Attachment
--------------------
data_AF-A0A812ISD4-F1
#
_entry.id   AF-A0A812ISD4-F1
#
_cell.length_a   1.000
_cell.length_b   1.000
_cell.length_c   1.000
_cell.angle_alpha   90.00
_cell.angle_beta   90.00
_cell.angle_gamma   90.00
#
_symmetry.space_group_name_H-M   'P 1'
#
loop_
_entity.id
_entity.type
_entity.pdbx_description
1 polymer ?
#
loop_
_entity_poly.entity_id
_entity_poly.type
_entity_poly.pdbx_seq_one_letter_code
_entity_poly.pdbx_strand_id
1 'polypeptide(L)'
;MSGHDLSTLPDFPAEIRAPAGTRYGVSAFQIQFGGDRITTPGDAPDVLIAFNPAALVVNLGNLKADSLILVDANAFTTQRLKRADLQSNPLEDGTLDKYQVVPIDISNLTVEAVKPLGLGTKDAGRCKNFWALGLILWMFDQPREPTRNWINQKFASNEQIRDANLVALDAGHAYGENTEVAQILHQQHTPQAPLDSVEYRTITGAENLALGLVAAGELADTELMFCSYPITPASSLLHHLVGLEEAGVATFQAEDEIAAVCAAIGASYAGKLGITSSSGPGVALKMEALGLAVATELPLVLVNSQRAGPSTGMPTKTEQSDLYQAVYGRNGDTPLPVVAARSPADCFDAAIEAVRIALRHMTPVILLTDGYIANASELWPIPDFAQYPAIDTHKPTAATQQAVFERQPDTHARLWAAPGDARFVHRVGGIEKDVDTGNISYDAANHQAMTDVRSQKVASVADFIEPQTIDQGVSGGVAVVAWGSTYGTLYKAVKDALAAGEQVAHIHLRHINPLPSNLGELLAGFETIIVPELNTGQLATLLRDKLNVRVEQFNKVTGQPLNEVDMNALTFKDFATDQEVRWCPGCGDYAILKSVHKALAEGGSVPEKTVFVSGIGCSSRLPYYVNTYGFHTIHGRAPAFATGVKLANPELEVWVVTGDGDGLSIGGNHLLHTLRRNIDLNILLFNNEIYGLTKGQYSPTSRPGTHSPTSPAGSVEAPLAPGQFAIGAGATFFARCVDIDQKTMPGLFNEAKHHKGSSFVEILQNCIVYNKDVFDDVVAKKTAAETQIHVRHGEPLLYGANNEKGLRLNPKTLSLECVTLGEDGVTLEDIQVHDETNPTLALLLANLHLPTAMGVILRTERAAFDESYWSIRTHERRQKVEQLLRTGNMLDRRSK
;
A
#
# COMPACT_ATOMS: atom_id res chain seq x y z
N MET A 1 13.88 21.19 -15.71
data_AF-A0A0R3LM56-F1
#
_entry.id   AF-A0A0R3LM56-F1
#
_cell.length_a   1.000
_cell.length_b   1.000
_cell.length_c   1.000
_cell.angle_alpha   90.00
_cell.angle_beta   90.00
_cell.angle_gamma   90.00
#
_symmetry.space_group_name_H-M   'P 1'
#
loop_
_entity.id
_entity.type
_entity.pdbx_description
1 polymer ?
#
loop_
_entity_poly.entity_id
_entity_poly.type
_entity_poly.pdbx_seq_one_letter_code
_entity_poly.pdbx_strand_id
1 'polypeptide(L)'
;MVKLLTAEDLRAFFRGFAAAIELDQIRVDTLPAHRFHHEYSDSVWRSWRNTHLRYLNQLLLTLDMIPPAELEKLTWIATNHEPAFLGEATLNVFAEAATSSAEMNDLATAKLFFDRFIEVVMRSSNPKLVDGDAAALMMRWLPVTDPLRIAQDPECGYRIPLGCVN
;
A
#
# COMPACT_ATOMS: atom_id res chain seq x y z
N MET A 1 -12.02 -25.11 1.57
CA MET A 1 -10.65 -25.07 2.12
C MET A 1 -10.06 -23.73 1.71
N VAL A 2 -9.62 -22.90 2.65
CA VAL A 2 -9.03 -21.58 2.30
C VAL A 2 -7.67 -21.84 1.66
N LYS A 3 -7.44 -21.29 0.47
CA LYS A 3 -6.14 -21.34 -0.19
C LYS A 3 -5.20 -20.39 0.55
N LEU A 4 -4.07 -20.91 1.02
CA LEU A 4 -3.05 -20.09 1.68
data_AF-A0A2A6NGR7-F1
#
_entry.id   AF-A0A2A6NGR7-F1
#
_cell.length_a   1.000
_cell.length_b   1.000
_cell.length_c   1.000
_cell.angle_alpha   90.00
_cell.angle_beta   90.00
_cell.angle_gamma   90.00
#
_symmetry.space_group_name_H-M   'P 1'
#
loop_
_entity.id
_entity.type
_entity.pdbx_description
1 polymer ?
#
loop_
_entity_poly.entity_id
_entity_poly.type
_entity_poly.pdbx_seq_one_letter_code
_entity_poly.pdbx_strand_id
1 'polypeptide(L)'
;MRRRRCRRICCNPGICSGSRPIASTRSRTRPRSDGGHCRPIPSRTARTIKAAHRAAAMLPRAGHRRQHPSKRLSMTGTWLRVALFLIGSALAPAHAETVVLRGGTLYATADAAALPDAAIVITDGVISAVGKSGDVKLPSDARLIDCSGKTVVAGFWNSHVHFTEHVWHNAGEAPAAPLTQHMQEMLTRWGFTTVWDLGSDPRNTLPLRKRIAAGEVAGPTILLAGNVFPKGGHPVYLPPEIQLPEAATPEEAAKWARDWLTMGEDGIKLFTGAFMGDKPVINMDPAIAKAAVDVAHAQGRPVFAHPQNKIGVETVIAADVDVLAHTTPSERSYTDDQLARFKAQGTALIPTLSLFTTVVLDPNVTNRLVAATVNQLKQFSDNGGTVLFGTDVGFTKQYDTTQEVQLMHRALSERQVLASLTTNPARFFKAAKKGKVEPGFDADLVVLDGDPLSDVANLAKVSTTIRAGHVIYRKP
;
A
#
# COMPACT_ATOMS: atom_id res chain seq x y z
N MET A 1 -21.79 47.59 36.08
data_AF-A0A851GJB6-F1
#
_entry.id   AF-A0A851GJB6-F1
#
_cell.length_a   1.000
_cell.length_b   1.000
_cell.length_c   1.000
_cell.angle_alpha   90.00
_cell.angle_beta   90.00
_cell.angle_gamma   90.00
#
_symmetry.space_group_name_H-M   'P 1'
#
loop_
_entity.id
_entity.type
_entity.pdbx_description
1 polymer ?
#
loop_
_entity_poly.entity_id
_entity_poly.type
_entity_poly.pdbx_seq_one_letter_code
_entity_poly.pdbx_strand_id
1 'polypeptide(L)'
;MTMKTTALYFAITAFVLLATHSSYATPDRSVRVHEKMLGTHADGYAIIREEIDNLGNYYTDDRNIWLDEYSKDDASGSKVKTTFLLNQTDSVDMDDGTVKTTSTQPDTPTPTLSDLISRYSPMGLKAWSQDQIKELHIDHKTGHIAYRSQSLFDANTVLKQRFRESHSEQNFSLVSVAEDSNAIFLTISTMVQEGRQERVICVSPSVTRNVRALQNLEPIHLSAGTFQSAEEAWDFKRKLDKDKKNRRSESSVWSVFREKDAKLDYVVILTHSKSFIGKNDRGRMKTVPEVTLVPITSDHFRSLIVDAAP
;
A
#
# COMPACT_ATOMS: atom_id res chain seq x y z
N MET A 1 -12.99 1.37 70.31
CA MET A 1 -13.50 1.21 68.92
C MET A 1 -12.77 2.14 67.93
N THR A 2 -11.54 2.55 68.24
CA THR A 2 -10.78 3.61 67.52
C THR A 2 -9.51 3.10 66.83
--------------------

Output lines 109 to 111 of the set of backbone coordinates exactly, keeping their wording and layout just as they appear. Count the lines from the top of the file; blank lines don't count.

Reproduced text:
_cell.length_b   1.000
_cell.length_c   1.000
_cell.angle_alpha   90.00